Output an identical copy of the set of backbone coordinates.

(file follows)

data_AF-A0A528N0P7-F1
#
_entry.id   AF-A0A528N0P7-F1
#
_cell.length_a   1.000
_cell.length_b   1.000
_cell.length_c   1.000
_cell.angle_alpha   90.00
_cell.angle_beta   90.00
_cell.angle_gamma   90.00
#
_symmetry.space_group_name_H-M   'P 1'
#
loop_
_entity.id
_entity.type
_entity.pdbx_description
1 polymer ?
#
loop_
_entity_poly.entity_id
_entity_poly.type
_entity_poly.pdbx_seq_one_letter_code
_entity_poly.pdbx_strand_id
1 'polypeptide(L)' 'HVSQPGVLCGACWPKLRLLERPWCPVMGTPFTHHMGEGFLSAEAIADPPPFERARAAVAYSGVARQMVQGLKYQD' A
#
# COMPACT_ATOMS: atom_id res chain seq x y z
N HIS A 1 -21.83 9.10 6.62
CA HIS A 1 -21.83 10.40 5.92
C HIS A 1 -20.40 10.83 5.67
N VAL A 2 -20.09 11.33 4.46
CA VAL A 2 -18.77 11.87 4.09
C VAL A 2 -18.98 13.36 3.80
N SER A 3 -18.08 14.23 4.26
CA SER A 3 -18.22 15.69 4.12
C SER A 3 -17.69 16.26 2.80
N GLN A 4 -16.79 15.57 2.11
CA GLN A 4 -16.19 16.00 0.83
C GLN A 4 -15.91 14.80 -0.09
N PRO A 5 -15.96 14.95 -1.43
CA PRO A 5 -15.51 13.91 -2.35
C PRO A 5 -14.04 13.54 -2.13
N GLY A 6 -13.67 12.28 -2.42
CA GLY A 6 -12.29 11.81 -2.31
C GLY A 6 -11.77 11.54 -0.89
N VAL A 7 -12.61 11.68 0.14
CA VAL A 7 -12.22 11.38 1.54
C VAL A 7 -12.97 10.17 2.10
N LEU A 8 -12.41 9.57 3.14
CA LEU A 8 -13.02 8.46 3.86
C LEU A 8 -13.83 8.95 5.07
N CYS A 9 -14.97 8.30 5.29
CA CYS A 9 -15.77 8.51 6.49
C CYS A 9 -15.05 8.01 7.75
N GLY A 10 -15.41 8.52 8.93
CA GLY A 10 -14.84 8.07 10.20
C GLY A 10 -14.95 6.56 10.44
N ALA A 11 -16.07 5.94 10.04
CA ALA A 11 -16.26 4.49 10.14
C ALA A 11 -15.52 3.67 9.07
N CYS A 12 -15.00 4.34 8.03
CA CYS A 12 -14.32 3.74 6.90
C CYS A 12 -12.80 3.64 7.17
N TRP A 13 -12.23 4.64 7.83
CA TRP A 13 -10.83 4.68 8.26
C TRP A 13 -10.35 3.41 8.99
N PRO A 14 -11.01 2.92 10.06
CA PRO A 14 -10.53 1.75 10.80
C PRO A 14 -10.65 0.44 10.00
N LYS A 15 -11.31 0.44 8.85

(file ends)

data_AF-A0A528N0P7-F1
#
_entry.id   AF-A0A528N0P7-F1
#
_cell.length_a   1.000
_cell.length_b   1.000
_cell.length_c   1.000
_cell.angle_alpha   90.00
_cell.angle_beta   90.00
_cell.angle_gamma   90.00
#
_symmetry.space_group_name_H-M   'P 1'
#
loop_
_entity.id
_entity.type
_entity.pdbx_description
1 polymer ?
#
loop_
_entity_poly.entity_id
_entity_poly.type
_entity_poly.pdbx_seq_one_letter_code
_entity_poly.pdbx_strand_id
1 'polypeptide(L)' 'HVSQPGVLCGACWPKLRLLERPWCPVMGTPFTHHMGEGFLSAEAIADPPPFERARAAVAYSGVARQMVQGLKYQD' A
#
# COMPACT_ATOMS: atom_id res chain seq x y z
N HIS A 1 -21.83 9.10 6.62
CA HIS A 1 -21.83 10.40 5.92
C HIS A 1 -20.40 10.83 5.67
N VAL A 2 -20.09 11.33 4.46
CA VAL A 2 -18.77 11.87 4.09
C VAL A 2 -18.98 13.36 3.80
N SER A 3 -18.08 14.23 4.26
CA SER A 3 -18.22 15.69 4.12
C SER A 3 -17.69 16.26 2.80
N GLN A 4 -16.79 15.57 2.11
CA GLN A 4 -16.19 16.00 0.83
C GLN A 4 -15.91 14.80 -0.09
N PRO A 5 -15.96 14.95 -1.43
CA PRO A 5 -15.51 13.91 -2.35
C PRO A 5 -14.04 13.54 -2.13
N GLY A 6 -13.67 12.28 -2.42
CA GLY A 6 -12.29 11.81 -2.31
C GLY A 6 -11.77 11.54 -0.89
N VAL A 7 -12.61 11.68 0.14
CA VAL A 7 -12.22 11.38 1.54
C VAL A 7 -12.97 10.17 2.10
N LEU A 8 -12.41 9.57 3.14
CA LEU A 8 -13.02 8.46 3.86
C LEU A 8 -13.83 8.95 5.07
N CYS A 9 -14.97 8.30 5.29
CA CYS A 9 -15.77 8.51 6.49
C CYS A 9 -15.05 8.01 7.75
N GLY A 10 -15.41 8.52 8.93
CA GLY A 10 -14.84 8.07 10.20
C GLY A 10 -14.95 6.56 10.44
N ALA A 11 -16.07 5.94 10.04
CA ALA A 11 -16.26 4.49 10.14
C ALA A 11 -15.52 3.67 9.07
N CYS A 12 -15.00 4.34 8.03
CA CYS A 12 -14.32 3.74 6.90
C CYS A 12 -12.80 3.64 7.17
N TRP A 13 -12.23 4.64 7.83
CA TRP A 13 -10.83 4.68 8.26
C TRP A 13 -10.35 3.41 8.99
N PRO A 14 -11.01 2.92 10.06
CA PRO A 14 -10.53 1.75 10.80
C PRO A 14 -10.65 0.44 10.00
N LYS A 15 -11.31 0.44 8.85